Children growing up in highly polluted environments are at risk of suffering from high blood pressure as they grow up, researchers have said.

Chinese researchers have studied 14 pollution trials from America, China and Europe.

They looked at the effects diesel exhaust and pollutants have on people’s health by looking at hospital admission rates for heart failure.

Lead study author Dr Yao Lu, professor of the Clinical Research Center at the Third Xiangya Hospital at Central South University in Changsha, said: “Our analysis is the first to closely examine previous research to assess both the quality and magnitude of the associations between air pollution and blood pressure values among children and adolescents.

“The findings provide evidence of a positive association between short- and long-term exposure to certain environmental air pollutants and blood pressure in children and adolescents.”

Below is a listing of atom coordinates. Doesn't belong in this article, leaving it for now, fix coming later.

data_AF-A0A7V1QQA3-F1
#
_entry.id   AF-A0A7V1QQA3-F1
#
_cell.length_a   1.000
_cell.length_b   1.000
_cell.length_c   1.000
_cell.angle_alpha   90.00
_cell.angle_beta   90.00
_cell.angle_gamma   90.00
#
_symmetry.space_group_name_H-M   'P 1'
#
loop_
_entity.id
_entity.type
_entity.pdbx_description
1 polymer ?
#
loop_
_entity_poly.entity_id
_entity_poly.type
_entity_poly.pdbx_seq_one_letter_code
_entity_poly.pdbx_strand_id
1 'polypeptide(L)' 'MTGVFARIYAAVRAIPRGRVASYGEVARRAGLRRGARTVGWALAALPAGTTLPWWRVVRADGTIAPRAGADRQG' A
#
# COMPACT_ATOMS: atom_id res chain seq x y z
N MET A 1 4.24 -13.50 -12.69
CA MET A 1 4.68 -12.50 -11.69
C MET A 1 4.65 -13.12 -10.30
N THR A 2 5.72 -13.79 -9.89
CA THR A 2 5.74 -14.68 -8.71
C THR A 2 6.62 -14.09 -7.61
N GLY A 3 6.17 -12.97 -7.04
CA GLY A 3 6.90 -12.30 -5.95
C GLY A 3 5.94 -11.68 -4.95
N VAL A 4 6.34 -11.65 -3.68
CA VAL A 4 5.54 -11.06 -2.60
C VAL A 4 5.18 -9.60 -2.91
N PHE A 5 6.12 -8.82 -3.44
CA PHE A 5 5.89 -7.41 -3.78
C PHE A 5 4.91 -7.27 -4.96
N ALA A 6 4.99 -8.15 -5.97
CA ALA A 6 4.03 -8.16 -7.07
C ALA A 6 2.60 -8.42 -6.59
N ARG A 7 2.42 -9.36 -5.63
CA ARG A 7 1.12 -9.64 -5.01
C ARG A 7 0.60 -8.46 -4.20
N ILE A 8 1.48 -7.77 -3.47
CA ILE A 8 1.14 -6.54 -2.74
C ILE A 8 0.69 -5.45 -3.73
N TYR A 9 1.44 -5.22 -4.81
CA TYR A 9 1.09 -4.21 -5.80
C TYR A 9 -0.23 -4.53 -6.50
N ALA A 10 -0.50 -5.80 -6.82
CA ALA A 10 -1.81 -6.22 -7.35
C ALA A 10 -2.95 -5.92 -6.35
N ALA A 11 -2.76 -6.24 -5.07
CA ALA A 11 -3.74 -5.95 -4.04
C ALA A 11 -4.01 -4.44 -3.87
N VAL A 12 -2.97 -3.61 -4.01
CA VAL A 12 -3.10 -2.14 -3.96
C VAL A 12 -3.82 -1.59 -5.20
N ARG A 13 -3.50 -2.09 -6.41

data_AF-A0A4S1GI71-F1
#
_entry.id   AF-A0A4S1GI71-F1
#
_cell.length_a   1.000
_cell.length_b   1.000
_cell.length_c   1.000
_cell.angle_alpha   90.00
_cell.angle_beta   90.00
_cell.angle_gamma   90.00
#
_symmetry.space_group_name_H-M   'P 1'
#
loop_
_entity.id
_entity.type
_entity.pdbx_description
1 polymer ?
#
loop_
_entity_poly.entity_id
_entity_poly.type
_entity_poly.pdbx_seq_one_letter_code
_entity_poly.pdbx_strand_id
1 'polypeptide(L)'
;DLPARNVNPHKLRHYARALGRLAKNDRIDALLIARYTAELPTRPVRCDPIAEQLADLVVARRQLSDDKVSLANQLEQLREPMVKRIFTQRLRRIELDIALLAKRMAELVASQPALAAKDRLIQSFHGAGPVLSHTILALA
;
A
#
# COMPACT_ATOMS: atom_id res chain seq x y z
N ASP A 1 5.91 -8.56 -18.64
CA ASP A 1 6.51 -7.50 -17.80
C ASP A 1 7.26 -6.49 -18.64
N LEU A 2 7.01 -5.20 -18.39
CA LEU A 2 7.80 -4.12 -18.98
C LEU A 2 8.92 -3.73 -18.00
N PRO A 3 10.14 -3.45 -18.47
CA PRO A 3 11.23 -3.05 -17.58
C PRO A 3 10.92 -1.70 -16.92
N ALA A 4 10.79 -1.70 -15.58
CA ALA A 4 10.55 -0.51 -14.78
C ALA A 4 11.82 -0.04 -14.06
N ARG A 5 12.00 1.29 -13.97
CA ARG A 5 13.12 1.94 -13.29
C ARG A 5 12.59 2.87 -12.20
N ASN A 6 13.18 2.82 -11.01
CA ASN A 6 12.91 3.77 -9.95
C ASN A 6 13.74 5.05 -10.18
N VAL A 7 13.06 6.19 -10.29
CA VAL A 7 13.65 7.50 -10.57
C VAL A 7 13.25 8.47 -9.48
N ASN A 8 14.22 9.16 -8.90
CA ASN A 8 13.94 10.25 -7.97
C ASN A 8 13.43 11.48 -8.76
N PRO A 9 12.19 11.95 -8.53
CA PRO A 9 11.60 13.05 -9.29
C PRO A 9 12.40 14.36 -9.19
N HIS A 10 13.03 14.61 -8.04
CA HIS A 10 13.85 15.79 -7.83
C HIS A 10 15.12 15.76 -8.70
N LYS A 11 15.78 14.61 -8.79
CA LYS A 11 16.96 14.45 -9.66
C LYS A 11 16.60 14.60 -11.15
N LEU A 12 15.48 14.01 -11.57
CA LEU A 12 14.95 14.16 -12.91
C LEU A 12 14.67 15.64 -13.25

The studies included data for more than 350,000 children and teenagers aged between 5 and 12.

The researchers found evidence of a link between short and long-term exposure to certain air pollutants and blood pressure in children.

The same results were found among the youngsters who were exposed to fine particles and nitrogen dioxide from traffic pollution over a long period of time.

High blood pressure in childhood can lead to hypertension and cardiovascular disease in later life if not managed.

Dr Lu said: “To reduce the impact of environmental pollution on blood pressure in children and adolescents, efforts should be made to reduce their exposure to environmental pollutants. Additionally, it is also very important to routinely measure blood pressure in children and adolescents, which can help us identify individuals with elevated blood pressure early.”

The findings have been published in the Journal of the American Heart Association.

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